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Sunday, April 11, 2010

A letter to Larry Elliott

Sent today by post - am I wasting my time again?


Mr Larry Elliott, Economics Editor
The Guardian
Kings Place
90 York Way
London N1 9GU

Dear Mr Elliott

Like yourself, I am concerned at the fate of ordinary people in the hands of the “New Olympians”, as you correctly call them. Unfortunately, the people now seem likely to elect a fresh government on the basis of a big lie, namely that New Labour inherited a thriving economy and threw away a golden opportunity. But I don’t see anyone in the electronic or print media nailing the lie. Will you help do this?

If you accept the monetarist analysis, politicians of both stripes have been goosing the economy since the early Seventies to get a feelgood factor in time for re-election. Banks (permitted / encouraged by politicians) have been lending money faster into the economy than the economy was growing.

It’s quite easy to show this from Bank of England online money supply stats (available from 1963 on) and official figures for GDP. I charted the relationship recently like this:

The result was a series of bubbles in asset prices, even though GDP growth has been trending downward since the mid 1970s. Now, and for decades ahead of us, we’ll be paying the price, because we can’t increase debt forever.

Politicians might argue in their defence that they didn’t know – remember, Keith Joseph had to explain monetarist principles to Margaret Thatcher after she became PM – but both Thatcher and Major were familiar with monetarism by the Nineties, as, one assumes, were the Opposition. New Labour inherited a debt-fuelled boom in stock and real estate prices, one that was bound to end in a bust at some time. True, they didn’t fix the Quattro, but they weren’t the ones who fired it up. Now the engine’s burning out.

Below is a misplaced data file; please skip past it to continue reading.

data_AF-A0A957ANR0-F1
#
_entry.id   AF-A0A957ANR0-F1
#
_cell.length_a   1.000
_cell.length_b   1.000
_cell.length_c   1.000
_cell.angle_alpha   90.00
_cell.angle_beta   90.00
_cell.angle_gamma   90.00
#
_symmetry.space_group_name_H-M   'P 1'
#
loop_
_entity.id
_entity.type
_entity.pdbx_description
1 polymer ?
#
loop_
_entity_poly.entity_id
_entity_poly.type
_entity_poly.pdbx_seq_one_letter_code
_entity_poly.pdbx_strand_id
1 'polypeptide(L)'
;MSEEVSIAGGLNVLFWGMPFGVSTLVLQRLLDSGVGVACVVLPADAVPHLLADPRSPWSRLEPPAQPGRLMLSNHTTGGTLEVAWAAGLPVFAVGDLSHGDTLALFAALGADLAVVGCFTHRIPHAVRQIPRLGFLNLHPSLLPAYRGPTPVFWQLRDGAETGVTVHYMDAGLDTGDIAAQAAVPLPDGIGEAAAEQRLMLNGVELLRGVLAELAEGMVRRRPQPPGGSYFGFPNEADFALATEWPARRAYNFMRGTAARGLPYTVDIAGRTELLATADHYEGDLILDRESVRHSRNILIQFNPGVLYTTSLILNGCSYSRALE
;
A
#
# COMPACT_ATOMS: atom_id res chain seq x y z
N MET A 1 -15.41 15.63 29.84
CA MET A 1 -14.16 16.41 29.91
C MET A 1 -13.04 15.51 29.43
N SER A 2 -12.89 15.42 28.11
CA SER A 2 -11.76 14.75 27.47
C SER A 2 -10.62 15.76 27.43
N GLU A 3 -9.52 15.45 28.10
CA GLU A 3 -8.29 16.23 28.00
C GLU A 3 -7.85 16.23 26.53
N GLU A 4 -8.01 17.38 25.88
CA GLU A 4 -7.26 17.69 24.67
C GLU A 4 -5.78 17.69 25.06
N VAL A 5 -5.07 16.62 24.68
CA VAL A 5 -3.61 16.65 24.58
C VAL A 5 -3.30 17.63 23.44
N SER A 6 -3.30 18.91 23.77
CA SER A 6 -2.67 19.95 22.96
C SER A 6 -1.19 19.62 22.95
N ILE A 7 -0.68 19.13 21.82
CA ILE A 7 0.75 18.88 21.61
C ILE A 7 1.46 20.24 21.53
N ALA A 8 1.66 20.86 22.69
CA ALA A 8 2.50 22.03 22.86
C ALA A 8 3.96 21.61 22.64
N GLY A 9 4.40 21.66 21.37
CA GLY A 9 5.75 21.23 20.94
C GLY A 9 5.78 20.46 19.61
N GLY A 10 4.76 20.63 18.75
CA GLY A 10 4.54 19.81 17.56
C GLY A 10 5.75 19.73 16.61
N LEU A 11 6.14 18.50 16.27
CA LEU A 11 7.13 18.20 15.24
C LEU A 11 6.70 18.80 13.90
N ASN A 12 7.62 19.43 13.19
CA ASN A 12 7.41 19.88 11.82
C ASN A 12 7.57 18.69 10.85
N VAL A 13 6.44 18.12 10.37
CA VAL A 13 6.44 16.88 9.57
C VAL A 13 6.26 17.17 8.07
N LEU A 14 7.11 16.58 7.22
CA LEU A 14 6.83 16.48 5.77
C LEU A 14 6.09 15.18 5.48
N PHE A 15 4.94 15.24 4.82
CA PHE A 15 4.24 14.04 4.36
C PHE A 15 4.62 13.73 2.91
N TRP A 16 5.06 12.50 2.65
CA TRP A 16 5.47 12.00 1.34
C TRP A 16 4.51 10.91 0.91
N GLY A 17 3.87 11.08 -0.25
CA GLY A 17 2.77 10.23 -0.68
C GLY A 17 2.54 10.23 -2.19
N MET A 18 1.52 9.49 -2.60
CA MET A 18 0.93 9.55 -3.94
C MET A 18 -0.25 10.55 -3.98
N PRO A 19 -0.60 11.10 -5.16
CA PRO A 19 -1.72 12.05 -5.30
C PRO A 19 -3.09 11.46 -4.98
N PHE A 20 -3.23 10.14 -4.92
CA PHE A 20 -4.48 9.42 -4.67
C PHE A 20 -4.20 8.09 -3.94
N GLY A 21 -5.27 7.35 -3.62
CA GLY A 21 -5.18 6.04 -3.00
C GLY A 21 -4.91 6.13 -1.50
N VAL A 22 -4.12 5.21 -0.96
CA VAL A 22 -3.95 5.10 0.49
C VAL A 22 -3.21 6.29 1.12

The record of the last Conservative government is far worse than New Labour’s: from 1979 to 1990 (when the economy had one of its heart attacks because of the unhealthy diet of financial additives), GDP grew annually by an average of 8% or so, but M4 by 19% p.a., a difference of 11% p.a. - compound. The New Labour years have seen something like 5% GDP growth and 10% M4 growth p.a., in other words a discrepancy of only half that experienced during the boom years of the 1980s.

But it’s been going on for longer than that. In 1972, UK M4 increased by 35% (see spike on graph) – and 17% the year before - so it’s quite possible that the OPEC oil price hike was not merely (or mainly) revenge for the Six Day War etc but a repricing in anticipation of the consequent devaluation of the pound and dollar. Then we got inflation, the IMF (who, it is rumoured, demanded the resignation of Harold Wilson as a precondition of their assistance), retrenchment and recession under Callaghan, the Winter of Discontent and finally the Tories with their phony, but spectacular, recovery.

You’ll have gathered that although I don’t hold any brief for the Conservatives, I feel the same way about recent Labour governments too. But I’m darned if I’ll let the next lot be swept in on a tidal wave of misrepresentation, assisted by a news media that has largely nailed its colours to their mast. All that means is that the lessons will not be learned and the crooked game will, essentially, continue.

Except that it can’t, not indefinitely. Another clear implication of the M4-to-GDP correlation is that as the debt increases, GDP slows. There’s a number of people now saying that Western economies are approaching the point where additional debt will actually cause GDP to shrink – see this graph from Nathan Martin, for example:


This isn’t just wild blogger stuff – see the work of Australian economist Steve Keen, one of perhaps only 12 professional economists in the world who predicted the credit crunch. Keen explains that classical economics ignores debt, which is why 20,000 economists didn’t see the truck coming.

Can you, are you prepared to, get the people to see what’s going on before they cast their votes?

Yours faithfully

1 comment:

James Higham said...


Sovereign debt is already starting to cross the danger threshold in the United States, Japan, Britain, and most of Western Europe, threatening to set off a bond crisis at the heart of the global economy.

Plus the EU.